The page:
This recipe was adapted from Today.com, contributed by Padma Lakshmi. I doubled the garlic, reduced the pork, used large onions, and seeded the jalapeños. We ate it over brown Basmati rice with cornbread on the side. Full-flavored and absolutely fabulous!

Yield: Serves 6

  • 1 pound tomatillos, husks removed and quartered
  • 2 avocados, peeled and pitted
  • 4 jalapeños, seeded
  • 1 cup fresh cilantro
  • 4 tablespoons lime juice
  • coarse salt
  • 3 tablespoons plus 2 teaspoons olive oil, divided
  • 2 tablespoons white wine vinegar
  • 8 cloves garlic
  • 2 tablespoons sesame seeds, divided
  • 2 large yellow onions, diced
  • 1 tablespoon dried oregano, preferably Mexican
  • 1 teaspoon cumin seeds
  • 1 teaspoon crushed red pepper flakes
  • 1 1/4 to 1/2 pounds ground pork
  • 1 shot tequila, preferably Alejo
  • 15 oz can cannellini beans, drained
  • 2 cups chicken stock
  • 1 lime, juiced, optional
  • rice, for serving, optional
  1. In a blender (I used a Vitamix), combine the tomatillos, avocados, jalapeños, four cloves of garlic, cilantro, lime juice, 2 teaspoons of olive oil, salt, 1 tablespoon of sesame seeds and 2 tablespoons of white wine vinegar. Puree until smooth. (Side note: This makes a great salsa verde sauce on its own; you may want to buy double the ingredients and use the extra as a dipping sauce for other savory treats!)
  2. In a heavy soup pot, heat 3 tablespoons of olive oil over medium heat. Slice remaining four cloves of the garlic in half, and cook for 1 minute.
  3. Add the onions, oregano, cumin, remaining sesame seeds and red pepper flakes, and cook for 4 to 5 minutes, until onions are translucent.
  4. Add the ground pork and cook until no longer pink, about 6 minutes.
  5. Add in the shot of tequila.
  6. Add the tomatillo sauce, beans and water or stock to the pork mixture.
  7. Bring to a gentle boil. Reduce heat to low, and simmer for 30 minutes, stirring often.
  8. Stir in the lime juice just before serving, if desired.

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Salmon with Salsa Fresca

Similar to my summer vegetable gratin post, this dish also incorporates a complete “CSA box” – plus salmon. It was a light and fresh meal. The salsa was absolutely delicious. I was inspired to make it when I received all of these beautiful tomatoes in my box.

We ate it with roasted beets and red potatoes, also from my CSA box, of course. 🙂

This dish was adapted from the New York Times, contributed by Mark Bittman. I used on half of a small red onion instead of a white onion, my mixed tomatoes from my CSA share, a home-grown jalapeño, and the juice of 1 lime in the salsa. Bittman notes that grilled, broiled, roasted, or even steamed salmon (or other types of fish such as halibut or swordfish) would work equally well.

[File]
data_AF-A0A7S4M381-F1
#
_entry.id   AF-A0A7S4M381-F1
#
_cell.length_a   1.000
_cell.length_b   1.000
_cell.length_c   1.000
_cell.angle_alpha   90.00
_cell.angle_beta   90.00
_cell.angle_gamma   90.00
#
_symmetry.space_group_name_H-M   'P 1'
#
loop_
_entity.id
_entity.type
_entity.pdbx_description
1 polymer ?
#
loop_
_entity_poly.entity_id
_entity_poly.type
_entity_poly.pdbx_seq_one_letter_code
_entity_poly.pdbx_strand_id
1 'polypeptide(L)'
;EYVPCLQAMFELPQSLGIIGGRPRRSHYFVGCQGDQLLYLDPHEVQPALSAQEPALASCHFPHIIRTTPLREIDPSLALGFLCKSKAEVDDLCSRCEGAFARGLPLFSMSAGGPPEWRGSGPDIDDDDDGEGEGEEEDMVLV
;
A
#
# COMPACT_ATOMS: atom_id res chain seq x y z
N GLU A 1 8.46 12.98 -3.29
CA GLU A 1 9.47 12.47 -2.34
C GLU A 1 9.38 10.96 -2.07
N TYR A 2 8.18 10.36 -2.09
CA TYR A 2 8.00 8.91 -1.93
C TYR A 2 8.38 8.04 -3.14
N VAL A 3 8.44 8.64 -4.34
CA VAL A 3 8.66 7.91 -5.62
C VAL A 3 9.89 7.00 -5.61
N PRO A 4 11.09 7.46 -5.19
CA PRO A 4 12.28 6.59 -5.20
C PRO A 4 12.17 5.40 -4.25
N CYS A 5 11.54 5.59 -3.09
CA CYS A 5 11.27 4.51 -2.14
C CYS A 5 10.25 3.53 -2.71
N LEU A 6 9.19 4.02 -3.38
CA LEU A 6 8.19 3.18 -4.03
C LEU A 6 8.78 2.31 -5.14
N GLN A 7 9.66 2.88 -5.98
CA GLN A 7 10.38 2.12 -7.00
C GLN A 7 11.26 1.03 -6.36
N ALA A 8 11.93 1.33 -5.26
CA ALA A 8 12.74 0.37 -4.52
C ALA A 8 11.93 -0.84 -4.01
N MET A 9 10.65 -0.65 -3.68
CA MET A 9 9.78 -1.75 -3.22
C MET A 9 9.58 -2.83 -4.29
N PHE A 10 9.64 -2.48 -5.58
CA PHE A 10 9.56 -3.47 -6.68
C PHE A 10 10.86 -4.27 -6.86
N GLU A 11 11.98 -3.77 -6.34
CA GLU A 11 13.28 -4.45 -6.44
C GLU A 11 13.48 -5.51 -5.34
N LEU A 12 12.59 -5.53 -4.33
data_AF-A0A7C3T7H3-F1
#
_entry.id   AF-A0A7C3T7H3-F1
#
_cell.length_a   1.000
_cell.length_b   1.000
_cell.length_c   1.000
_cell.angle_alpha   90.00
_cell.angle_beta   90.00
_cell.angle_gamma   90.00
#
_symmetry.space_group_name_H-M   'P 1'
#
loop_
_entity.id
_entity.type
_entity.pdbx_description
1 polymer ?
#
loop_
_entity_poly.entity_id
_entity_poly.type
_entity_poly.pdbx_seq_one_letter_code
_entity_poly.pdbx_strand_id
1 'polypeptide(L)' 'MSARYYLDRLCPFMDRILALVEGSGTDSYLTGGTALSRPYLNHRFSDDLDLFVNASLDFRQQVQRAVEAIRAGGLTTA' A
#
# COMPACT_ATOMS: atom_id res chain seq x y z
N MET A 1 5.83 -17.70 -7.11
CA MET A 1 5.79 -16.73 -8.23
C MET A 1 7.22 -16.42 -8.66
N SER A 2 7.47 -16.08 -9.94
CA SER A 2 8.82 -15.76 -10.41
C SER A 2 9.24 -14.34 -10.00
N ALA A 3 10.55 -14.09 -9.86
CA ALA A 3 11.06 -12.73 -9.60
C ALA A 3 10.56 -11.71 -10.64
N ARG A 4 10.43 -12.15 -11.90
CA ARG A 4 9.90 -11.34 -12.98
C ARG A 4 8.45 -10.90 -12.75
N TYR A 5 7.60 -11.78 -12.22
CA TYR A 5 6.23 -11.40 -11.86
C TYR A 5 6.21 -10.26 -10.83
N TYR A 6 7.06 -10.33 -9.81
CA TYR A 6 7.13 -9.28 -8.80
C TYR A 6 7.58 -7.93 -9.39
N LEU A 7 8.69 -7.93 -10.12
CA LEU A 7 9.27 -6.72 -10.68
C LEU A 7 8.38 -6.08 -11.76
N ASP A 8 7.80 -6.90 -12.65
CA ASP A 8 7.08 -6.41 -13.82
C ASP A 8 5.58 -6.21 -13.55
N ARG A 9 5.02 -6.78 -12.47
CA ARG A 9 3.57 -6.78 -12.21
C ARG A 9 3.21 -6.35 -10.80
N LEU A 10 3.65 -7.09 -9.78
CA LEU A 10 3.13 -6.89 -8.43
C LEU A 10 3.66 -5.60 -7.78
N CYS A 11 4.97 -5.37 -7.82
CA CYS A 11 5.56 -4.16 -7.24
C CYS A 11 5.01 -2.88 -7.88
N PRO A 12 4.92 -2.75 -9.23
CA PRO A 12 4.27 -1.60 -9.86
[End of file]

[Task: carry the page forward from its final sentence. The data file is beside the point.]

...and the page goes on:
This dish is so colorful it might just be dinner party worthy too. Ready in 30 minutes makes it extra-fabulous.

Yield: 3-4 servings

  • 2 large fresh ripe tomatoes, or 3 or 4 ripe plum tomatoes, or a pint of mixed cherry tomatoes, diced (and cored if large)
  • ½ large white or red onion, peeled and minced
  • ¼ habanero or 1/2 jalapeño chili, stemmed, seeded and minced, or to taste
  • ½ cup roughly chopped cilantro or flat-leaf parsley leaves
  • juice of 1 or 2 limes, to taste
  • freshly ground pepper and coarse salt to taste
  • 1 salmon fillet, about 1 1/2 pounds, preferably with skin on (can substitute halibut or swordfish)
  • 2 tablespoons neutral oil, like corn or canola
  1. Start a charcoal or gas grill; fire should be moderately hot and grill rack about 4 inches from heat source. Or, heat oven to 500 degrees.
  2. Chop tomatoes and combine them in a bowl with onion, chili, cilantro, lime juice and some salt. Set aside. (Salsa can be made up to one hour ahead of time.)
  3. Sprinkle fish with salt and pepper. If grilling, rub fish with a little oil as well; put it on grill, skin side down, and let it sit for 4 to 5 minutes, then turn once (don’t worry if part of skin sticks to grill). Cook for about 3 minutes more, until medium-rare.
    If roasting, heat a large nonstick skillet over high heat for a minute. Add oil and, a few seconds later, salmon, skin side up. Sear for a minute, then transfer to oven and roast until medium-rare, about 10 minutes.
  4. Allow to rest for a minute or so, then remove skin, if desired. Turn over and serve, topped with salsa or passing salsa at the table.

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Creamy Corn Chowder

Wow. This was delicious. A real celebration of summer farmstand corn. My local farmstand happens to have absolutely wonderful bi-color corn which I used for this special chowder.

A fresh corn broth is made for the base of this soup. It incorporates the corn cobs, shiitake mushroom stems, herbs, as well as parmesan rinds. I think it really makes the finished dish extraordinary.

I adapted this recipe from Bon Appetit, contributed by Rick Martinez. I lightened the recipe by using half and half instead of heavy cream. I also used home-grown jalapeños instead of Fresno chiles and parsley instead of marjoram. I doubled the garlic too, of course. 😉 Fabulous!!

Yield: Serves 8